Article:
Saturday 11 August 2012

…more Coolen Creations

1st prototypes
With any luck, when this post is published, I’ll be enjoying the delights of the 32nd International Puzzle Party. Somehow I managed to blag myself an invite in spite of a pathetically small hoard of puzzles and only really having been a slightly serious hoarder for the past three years or so. (Yip, I still can’t bring myself to refer to what I do as collecting or to myself as a collector.)
The IPP is an amazing opportunity to meet puzzlers from around the world, chat to world-renowned collectors, designers and craftsmen about the things they love and share stories about puzzles and puzzling … and I’m sure I’ll be boring you senseless with stories from IPP for a while to come, but in the mean time, here’s the story behind my IPP gift…
...all the prototypes
As a newbie at IPP I thought that it might improve my chances of being liked and accepted (and more importantly, being invited back!) if I took along some little puzzling gift-type-things – you know, bribes! However, as I’m not a designer or a craftsman of any note (any note!), I  was always going to rely on getting something made by someone with far more talent than I have. And given that the target audience here are the world’s greatest collectors, designers and crafters of puzzles, you can’t exactly pick something up off the shelf and make a good impression – so I set about trying to come up with something unusual. 
Final candidates
My first attempt was getting some jigsaw coins cut with some suitable letters cut out of them (IPP 32) – but unfortunately my emails went unanswered so that one didn’t progress any further than an initial enquiry.
My next attempt was foiled when the gent I was hoping could produce something unique for me ended up getting horribly over-stretched at work and totally unable to take on anything extra.
With a couple of weeks to go before IPP, my puzzling mate Louis goes off on holiday with his family and a couple of decks of cards, as you do. Louis had read my blog post on impossible card-folding and decided to have a bit of a bash himself while he was on holiday. Before long he was sending pictures of his work to a couple of us in emails and he’d produced some pretty impressive stuff, so I asked him if he might be interested in producing something for me to dish out at IPP.
He dived in enthusiastically and over the course of the next few evenings produced a couple of alternative designs that he’d email over and we’d discuss, and then a day or two later, some improved designs would arrive until about a week later – and having destroyed at least an entire suit, we’d more or less decided on the features to include and Louis went into fine-tuning mode.
He went out and bought a bunch of different types of playing cards so that he could experiment with designs on the different types of cards and it soon became apparent that not all decks of cards are created equal – and the one I’d thought most suitable turned out to be an absolute pig to work with, so it was dispatched to the junk pile.
We eventually settled on a standard blue-backed Bicycle poker deck and Louis sprang into action setting up a manufacturing process that roped in Mieke with Laura keen to help out as well …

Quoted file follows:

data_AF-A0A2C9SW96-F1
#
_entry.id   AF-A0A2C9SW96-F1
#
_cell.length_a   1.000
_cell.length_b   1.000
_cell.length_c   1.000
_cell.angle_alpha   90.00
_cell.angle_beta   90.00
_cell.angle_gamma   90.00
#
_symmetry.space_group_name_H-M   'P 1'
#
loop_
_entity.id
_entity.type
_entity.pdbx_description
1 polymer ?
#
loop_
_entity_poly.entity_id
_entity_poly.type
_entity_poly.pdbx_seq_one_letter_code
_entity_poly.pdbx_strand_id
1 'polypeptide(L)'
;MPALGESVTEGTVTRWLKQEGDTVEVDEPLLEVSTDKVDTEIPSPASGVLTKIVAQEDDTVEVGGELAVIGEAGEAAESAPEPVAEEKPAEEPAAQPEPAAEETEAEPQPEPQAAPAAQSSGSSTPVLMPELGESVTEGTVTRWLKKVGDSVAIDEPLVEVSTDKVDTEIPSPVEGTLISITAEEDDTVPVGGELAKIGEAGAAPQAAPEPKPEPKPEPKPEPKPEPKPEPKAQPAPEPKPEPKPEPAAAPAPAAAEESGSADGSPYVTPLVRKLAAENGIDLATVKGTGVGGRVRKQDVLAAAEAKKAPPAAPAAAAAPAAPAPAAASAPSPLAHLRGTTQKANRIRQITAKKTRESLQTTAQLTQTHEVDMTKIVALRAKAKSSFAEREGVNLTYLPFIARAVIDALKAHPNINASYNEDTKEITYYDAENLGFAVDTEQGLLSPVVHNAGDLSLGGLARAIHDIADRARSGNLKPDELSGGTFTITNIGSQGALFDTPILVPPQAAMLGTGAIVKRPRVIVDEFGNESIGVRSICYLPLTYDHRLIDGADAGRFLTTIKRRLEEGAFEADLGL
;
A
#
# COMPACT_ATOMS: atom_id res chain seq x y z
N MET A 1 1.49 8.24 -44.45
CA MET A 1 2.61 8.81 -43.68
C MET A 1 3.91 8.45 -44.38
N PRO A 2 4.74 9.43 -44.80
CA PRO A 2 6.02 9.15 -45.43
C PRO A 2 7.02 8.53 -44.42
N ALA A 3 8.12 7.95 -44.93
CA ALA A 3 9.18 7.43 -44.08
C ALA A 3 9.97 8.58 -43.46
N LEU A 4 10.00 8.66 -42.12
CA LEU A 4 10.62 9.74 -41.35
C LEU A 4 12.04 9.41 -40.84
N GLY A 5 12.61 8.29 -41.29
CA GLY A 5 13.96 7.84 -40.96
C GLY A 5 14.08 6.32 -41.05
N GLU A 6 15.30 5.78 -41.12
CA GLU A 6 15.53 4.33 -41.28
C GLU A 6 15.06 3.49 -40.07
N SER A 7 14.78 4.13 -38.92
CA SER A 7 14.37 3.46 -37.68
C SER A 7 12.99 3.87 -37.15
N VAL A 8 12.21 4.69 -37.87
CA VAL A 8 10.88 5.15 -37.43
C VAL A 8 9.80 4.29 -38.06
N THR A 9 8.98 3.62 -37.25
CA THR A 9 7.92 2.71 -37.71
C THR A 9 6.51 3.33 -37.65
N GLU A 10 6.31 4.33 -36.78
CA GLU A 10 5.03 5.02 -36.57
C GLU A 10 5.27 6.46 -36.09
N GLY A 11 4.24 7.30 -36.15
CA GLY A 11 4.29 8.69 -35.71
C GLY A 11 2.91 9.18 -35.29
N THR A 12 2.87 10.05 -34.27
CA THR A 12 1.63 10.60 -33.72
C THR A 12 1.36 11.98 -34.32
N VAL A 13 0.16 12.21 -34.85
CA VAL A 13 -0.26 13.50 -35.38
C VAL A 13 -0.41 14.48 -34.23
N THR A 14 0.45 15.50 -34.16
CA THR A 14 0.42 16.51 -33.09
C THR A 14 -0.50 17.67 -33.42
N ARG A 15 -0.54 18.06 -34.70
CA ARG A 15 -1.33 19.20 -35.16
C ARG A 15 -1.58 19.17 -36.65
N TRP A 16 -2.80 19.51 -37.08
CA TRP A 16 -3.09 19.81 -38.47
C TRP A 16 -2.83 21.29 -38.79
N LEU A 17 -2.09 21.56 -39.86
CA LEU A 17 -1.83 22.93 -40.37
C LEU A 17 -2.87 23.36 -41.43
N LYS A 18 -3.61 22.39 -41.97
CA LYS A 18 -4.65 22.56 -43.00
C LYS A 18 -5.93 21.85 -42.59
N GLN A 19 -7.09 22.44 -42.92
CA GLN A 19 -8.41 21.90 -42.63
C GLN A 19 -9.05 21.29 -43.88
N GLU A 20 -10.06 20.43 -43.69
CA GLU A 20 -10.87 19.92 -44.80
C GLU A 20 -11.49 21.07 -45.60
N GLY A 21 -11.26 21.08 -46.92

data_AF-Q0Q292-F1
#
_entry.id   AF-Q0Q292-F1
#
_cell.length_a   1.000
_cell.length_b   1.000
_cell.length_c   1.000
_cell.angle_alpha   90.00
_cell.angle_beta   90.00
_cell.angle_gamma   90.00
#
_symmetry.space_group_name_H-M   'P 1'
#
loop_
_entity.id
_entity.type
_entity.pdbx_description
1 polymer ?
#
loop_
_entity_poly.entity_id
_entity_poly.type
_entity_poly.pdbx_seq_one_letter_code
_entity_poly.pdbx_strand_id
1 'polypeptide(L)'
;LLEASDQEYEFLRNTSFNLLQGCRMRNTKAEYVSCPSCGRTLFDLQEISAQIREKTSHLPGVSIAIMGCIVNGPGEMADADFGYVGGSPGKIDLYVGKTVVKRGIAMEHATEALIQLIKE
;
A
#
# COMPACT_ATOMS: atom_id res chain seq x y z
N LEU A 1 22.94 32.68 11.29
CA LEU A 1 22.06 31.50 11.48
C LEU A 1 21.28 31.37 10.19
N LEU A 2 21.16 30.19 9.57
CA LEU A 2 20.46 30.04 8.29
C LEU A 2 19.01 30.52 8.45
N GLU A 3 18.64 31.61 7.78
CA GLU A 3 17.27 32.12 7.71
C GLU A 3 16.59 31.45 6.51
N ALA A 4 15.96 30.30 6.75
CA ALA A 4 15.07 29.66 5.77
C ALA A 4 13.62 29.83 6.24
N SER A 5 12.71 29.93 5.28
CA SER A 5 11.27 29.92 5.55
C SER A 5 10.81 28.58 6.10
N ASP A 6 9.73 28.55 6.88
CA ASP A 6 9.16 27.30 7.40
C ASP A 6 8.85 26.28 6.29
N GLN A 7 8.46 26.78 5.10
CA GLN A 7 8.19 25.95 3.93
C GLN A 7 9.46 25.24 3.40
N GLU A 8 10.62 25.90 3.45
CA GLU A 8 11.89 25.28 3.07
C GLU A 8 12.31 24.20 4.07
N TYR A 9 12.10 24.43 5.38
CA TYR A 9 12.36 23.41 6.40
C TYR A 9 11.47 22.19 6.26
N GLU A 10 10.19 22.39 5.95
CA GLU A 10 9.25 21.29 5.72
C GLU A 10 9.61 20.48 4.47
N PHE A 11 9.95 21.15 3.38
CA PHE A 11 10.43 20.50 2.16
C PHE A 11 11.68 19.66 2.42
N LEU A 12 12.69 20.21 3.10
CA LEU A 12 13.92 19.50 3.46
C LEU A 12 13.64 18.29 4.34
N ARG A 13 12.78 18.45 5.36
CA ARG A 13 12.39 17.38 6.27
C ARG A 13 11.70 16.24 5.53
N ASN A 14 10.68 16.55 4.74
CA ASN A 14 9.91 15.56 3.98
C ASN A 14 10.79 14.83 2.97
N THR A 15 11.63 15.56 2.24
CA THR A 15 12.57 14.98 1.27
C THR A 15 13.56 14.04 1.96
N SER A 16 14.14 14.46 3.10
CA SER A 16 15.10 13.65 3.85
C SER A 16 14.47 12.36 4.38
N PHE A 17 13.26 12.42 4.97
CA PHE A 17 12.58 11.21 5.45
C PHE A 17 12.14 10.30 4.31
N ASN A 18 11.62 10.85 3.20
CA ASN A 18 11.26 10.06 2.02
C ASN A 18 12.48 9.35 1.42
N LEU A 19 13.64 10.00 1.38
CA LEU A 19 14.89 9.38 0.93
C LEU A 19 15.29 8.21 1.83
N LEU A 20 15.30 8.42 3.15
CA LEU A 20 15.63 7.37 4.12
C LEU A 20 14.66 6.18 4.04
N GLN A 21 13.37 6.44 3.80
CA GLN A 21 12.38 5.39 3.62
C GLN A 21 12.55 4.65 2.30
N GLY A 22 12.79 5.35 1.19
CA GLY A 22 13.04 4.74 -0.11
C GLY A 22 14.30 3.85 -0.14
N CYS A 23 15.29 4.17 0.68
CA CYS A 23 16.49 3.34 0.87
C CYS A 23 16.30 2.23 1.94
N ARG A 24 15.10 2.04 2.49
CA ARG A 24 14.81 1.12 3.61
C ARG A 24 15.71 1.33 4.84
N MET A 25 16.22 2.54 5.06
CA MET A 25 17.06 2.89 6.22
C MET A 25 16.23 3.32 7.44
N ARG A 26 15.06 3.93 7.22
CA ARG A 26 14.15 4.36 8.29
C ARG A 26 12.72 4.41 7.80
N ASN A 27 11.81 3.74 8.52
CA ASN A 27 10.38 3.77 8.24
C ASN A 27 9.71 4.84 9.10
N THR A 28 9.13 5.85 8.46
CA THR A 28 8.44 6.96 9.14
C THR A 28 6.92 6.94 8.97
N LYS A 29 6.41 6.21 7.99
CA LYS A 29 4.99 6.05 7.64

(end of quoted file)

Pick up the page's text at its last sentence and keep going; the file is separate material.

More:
In an attempt to work out how long the postage from Eindhoven to Barnt Green would take, Louis sent over a test package of the design candidates and there was a little bit of nervousness while we waited for the envelope to wander across the channel – and I have to admit that from time to time I had visions of them not getting here in time for me to take them along… but in the end, they got here in just less than a week, which meant that the real ones should all get here in time … even still, we split them into three separate shipments to reduce the risk of them all not making it. case you were wondering...
I did the easy bit once Louis (and Mieke!) had produced all the cards, and printed little frames to mount them on and bagged them all up ready to take along to IPP… cunningly adding a QR code inside the frame that points at this blog post – just in case anyone hasn’t read my blog yet!
I think that Louis has done a pretty awesome job on these – I think the design is clever and really shows off a couple of interesting little “features” to get the brain working a little – it’s one of those things you can glance at and totally miss some of the subtleties- so I’ve tried to highlight a couple of them in the close-up pics …
I reckon they are going to go down rather well at IPP …Thanks Louis! Awesome job, mate!
The business end.


  1. Very nice work from Louis and nicely packaged Allard. I hope you enjoy the event, I am sure these items will be well received!

  2. Being the proud owner of one of these, I can say they are truly stunning, and a very proud part of my collection now! Great job Louis, and thanks Allard!

  3. A casual observer might think the 32 is just a cutout (negative space) in the nearest surface. For full appreciation, you ought to have a closeup of the reverse side to show how the 32 was formed.

    As a reverse-engineer and practicing forensic-analyst, I just instinctively start piecing together details. Trivial details, sometimes. For instance I'd guess your frame was printed using Epson UltraChrome pigment-type inks, probably K3. The ink imparts luster that can't be achieved with ordinary water-based (dye) ink and I ruled out UltraChrome 2 because the quiet zones in the QR code haven't been optimized.

    1. Great Scott!
      ...good point, but showing the back sort of gives one of the little tricks away ... And there's a good pic of the back on Rob Stegmann's site for anyone who's interested... ;)

      Phenomenal forensic skills there Scott! Done on my trusty Epson R2400 using their inks... (Seriously, you couldn't tell that from a single sample?)